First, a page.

Ryan Crocker is currently the first Kissinger Senior Fellow at Yale University 2012-2013. He also holds an appointment as the James Schlesinger Distinguished Visiting Professor at the University of Virginia. In August 2013 he will return to his position as Dean of the Bush School of Government and Public Service at Texas A&M University. He retired from the Foreign Service in April 2009 after a career of over 37 years but was recalled to active duty by President Obama to serve as U.S. Ambassador to Afghanistan. He has served as U.S. Ambassador six times: Afghanistan (2011-2012), Iraq (2007-2009), Pakistan (2004-2007), Syria (1998-2001), Kuwait (1994-1997), and Lebanon (1990-1993). He posted at article in July at YaleGlobal Online stating his views on military intervention in Syria.
Please follow the link to read the entire article–it details the history of the reason and makes the case for no American military involvement at this time.
The article concludes:
I was in Lebanon recently, where the outgoing prime minister gloomily predicted a renewed civil war of which there are already signs with clashes between Sunnis and Alawites in the northern city of Tripoli, in the northeast and attacks on Hezbollah-controlled areas in Beirut. If the violence spreads, the Palestinians will join forces with the Lebanese Sunnis against the Shia, and that in turn will radicalize Palestinians in Jordan’s already fragile monarchy. Both countries need our security and economic support, for the refugee influx and their security forces.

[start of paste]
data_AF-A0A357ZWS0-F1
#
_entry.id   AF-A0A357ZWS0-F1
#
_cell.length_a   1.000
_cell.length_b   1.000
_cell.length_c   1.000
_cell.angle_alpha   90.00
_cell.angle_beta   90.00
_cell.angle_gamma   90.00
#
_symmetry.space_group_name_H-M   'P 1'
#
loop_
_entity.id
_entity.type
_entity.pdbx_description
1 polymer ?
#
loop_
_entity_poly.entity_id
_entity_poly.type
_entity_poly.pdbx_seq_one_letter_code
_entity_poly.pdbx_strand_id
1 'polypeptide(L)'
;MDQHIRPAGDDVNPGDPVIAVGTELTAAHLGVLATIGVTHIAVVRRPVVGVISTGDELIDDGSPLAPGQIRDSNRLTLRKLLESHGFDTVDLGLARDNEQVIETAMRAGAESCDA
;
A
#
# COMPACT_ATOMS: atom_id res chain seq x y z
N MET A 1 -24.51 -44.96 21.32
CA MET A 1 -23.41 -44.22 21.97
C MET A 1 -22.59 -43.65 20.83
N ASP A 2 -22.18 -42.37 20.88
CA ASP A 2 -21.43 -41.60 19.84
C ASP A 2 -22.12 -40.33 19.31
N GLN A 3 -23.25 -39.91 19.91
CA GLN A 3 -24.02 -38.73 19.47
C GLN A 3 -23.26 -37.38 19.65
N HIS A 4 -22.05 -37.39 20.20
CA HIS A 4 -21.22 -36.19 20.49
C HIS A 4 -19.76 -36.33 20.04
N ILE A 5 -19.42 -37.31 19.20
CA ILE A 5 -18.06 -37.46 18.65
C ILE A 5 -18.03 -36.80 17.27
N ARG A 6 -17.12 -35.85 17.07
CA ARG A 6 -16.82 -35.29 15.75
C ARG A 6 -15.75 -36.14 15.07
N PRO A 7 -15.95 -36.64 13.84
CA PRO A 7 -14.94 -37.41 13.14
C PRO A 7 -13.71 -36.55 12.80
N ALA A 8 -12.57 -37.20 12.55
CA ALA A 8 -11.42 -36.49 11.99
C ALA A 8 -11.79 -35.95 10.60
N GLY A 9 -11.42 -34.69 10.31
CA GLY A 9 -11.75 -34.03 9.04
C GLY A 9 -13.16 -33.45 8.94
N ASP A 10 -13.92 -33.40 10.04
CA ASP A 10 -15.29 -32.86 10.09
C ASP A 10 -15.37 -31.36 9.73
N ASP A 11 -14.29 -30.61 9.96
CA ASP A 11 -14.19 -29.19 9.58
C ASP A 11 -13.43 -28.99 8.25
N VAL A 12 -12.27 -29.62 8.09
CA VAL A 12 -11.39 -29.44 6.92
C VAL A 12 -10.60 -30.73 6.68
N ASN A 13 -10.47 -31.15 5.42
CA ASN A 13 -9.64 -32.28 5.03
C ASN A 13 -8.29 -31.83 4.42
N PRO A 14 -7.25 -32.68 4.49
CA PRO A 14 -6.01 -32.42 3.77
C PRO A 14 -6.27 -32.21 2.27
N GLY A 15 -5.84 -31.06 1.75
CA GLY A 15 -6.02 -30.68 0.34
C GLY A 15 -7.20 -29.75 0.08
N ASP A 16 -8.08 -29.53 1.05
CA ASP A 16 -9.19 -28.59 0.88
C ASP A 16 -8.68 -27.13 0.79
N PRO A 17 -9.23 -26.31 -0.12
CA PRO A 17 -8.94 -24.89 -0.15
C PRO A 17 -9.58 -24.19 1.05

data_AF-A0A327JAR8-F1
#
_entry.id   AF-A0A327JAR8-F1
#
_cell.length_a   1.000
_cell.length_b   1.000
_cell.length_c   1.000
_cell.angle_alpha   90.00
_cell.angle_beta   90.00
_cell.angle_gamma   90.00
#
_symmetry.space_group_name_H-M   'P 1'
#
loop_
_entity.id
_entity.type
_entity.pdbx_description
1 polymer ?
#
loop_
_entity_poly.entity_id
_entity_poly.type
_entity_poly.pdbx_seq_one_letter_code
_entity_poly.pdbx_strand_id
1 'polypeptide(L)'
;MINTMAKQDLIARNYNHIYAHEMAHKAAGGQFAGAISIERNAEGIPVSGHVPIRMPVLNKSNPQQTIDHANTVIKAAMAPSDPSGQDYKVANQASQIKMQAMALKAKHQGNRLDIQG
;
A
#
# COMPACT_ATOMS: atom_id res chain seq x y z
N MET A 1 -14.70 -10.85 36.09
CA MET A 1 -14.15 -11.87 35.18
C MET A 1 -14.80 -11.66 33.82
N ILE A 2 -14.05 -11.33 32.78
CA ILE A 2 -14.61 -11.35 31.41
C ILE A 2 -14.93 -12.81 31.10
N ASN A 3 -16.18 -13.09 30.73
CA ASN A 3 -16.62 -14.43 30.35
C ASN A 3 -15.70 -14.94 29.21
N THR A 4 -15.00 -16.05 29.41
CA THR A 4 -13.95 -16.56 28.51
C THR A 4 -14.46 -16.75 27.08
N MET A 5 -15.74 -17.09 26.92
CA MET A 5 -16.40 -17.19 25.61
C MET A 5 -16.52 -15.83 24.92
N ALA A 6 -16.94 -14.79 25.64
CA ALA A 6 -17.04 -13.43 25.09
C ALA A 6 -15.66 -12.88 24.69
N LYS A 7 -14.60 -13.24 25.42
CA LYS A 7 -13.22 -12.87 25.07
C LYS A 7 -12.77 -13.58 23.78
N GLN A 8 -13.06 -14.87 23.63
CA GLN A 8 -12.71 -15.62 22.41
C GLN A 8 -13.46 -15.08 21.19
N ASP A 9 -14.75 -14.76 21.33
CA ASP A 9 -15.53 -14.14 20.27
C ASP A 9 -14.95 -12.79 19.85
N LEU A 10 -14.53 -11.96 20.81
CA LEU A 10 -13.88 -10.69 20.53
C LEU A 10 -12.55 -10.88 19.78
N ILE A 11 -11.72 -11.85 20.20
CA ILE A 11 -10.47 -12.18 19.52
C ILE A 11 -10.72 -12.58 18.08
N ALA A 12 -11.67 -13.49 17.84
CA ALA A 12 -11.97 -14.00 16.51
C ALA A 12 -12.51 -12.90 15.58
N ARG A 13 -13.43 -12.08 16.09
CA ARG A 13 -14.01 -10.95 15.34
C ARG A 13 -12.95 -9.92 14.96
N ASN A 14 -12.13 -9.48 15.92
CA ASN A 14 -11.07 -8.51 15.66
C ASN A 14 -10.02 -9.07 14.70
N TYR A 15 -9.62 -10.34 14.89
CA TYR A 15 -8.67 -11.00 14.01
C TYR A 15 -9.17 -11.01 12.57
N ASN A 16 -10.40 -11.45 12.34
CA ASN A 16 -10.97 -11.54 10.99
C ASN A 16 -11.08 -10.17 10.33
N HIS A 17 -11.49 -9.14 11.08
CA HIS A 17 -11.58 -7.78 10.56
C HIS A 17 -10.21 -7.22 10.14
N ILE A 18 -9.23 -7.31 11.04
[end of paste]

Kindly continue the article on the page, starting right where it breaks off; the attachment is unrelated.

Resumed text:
This will be a long war. There is little the United States can do to positively influence events in Syria. Our focus must be on preventing further spillover beyond its borders. There may come a point where exhaustion on both sides makes a political solution possible. We are nowhere near that point. And my fear is that at the end of the day, the Assad regime prevails. We must be ready for that too.
We need to listen to the voice of experience.